John Collins: The Hawks are intent on trading Collins this summer, according to several sources. The big man has been mentioned in trade discussions dating back to the deadline with four years, $102 million left on his deal. The Nets are reportedly among several teams to inquire about Collins. A 37.6% career shooter from three, the 25-year-old would fill Brooklyn’s need for a stretch five alongside Simmons. Collins was also the most efficient pick and roll finisher in the league last season (min 2.5 poss per game) and presents a dangerous pairing alongside Irving or Simmons. The Wake Forest product has limitations as a perimeter defender and shot blocker but has shown improvement on that end the last two seasons. Any deal for Collins would likely include Joe Harris for value and salary matching purposes, along with young a piece and draft picks. The Hawks and Spurs were reportedly in discussions surrounding Dejounte Murray and Collins, but those talks have shifted to Danillo Gallinari and first-round picks. Brooklyn could swoop in as a third team if Atlanta is looking to extract more value in a deal.
Harrison Barnes: Barnes represents the third option to Anunoby and Grant among wings frequently being discussed in trades. The 30-year-old has regressed from the defender he once was but still offers elite length on the wing at 6'8". Barnes may be the best spot-up shooter of the bunch, converting on 42.4% of his catch-and shoot-threes last season. The North Carolina product has been mentioned in trade discussions throughout points of the last two seasons. Barnes is entering the final year of his contract at $18.3 million. Any deal would likely send Joe Harris along with a young player or draft compensation to Sacramento. While he is an upgrade on the defensive end, Barnes is not the same caliber of shooter as Harris. The 10-year veteran could be in the mix if Brooklyn is set on adding size and defensive versatility, but the Nets will likely explore younger options first in any deal involving Harris.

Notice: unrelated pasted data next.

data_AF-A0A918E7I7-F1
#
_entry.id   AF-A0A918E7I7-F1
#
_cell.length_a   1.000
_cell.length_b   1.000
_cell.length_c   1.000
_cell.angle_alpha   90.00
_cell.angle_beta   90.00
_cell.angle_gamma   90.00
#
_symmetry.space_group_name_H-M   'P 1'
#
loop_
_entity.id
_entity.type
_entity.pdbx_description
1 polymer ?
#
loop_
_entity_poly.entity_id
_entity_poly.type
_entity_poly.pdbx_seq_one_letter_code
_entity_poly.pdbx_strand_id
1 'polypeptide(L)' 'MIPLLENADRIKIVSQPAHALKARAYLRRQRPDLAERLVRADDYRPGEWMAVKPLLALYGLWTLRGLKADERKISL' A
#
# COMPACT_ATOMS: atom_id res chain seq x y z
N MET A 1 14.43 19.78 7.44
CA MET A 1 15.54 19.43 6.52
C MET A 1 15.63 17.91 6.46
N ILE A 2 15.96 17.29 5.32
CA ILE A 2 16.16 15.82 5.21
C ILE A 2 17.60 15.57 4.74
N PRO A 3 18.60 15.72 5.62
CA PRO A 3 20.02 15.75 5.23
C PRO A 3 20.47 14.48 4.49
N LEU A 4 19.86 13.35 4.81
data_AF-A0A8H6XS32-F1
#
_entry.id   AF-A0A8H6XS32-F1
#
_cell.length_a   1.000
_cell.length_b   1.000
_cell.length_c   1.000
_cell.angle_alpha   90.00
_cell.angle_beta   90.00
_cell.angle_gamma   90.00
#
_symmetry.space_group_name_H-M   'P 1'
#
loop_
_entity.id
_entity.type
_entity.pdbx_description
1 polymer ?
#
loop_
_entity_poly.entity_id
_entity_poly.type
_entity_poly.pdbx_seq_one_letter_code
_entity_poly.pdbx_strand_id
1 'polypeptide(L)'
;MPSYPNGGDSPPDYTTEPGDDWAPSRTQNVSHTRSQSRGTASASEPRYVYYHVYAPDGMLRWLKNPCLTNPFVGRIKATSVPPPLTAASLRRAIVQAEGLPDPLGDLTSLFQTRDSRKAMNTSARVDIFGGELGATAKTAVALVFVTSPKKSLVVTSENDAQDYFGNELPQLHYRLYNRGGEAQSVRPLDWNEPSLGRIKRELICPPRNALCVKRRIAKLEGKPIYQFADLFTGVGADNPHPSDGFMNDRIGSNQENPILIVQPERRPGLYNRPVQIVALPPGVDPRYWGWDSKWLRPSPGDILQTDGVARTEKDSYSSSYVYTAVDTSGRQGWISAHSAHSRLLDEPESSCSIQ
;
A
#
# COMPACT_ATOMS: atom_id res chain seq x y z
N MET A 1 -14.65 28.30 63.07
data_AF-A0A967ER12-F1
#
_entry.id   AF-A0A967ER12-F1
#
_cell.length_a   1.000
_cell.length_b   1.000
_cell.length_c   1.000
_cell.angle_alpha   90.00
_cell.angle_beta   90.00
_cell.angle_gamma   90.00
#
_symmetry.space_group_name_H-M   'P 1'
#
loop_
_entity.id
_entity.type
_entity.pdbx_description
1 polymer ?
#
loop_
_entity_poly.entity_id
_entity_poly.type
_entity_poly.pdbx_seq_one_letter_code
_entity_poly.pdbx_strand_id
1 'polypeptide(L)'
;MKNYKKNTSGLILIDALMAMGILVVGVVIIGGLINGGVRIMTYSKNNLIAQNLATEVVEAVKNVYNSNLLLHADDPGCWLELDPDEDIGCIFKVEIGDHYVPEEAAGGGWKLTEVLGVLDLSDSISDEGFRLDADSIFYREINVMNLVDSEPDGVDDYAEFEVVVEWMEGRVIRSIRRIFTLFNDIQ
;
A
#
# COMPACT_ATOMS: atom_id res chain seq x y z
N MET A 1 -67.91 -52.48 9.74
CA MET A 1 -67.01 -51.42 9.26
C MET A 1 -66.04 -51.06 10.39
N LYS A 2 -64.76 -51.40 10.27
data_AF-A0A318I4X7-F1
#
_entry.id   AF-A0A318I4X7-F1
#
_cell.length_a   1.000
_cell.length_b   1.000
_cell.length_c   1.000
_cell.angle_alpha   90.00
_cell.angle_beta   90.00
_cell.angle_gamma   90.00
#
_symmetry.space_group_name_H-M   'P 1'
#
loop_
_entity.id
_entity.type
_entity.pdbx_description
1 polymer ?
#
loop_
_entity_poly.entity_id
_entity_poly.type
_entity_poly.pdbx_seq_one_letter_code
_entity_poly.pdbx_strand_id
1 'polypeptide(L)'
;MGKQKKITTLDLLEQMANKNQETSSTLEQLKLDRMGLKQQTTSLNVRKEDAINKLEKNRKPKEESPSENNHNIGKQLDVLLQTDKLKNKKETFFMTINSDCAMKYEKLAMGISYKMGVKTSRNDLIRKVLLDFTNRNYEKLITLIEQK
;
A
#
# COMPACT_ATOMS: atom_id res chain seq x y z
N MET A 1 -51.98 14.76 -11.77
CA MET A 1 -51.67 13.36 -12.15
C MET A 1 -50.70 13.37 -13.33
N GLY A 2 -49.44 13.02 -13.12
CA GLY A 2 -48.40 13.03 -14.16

Kyle Kuzma: Kuzma has haunted Nets fans since last offseason. Reports said Brooklyn could have acquired the 6'9" Wing/PF in the Spencer Dinwiddie sign and trade, but opted for a trade exception instead. The 26-year-old went on to have the best season of his career, averaging 17.1 PPG and 8.5 RPG on 34.1% shooting from three. He flashed ability as a playmaker in the half-court and transition while improving defensively. Kuzma will make $13 million this season before a player option for the same amount in 2023-2024. If he performs anywhere near the same level it will be a no-brainer to opt out and test free agency next summer. Kuzma's trade candidacy is likely linked to Bradley Beal's future, who is expected to opt out of his contract. If Washington is heading for a rebuild or wants to cash in on Kuzma at peak value, the forward will be a hot commodity on the trade market. Brooklyn could offer a package centered on Seth Curry, Cam Thomas, and draft compensation to fill a need on the wing.
Jae Crowder: Reports say Phoenix has called teams to discuss Crowder’s value on the trade market. This comes amidst reports that the Suns may be willing to match a max offer sheet for DeAndre Ayton. If Phoenix owner Robert Sarver is looking to shed salary (as he is known to do), Brooklyn should be all over Crowder. At 6’6”, 234 LBS, the 10-year veteran fills a huge need as a physical three-and-d option. With 106 playoff games under his belt, Crowder would bring experience to a Nets locker room desperately in need of help on the wing. The 31-year-old fits into Brooklyn’s trade exception and likely wouldn’t command more than a first-round pick. Coming away with a battle-tested veteran who can hit the spot-up three and bother opposing ball handlers would be a substantial win.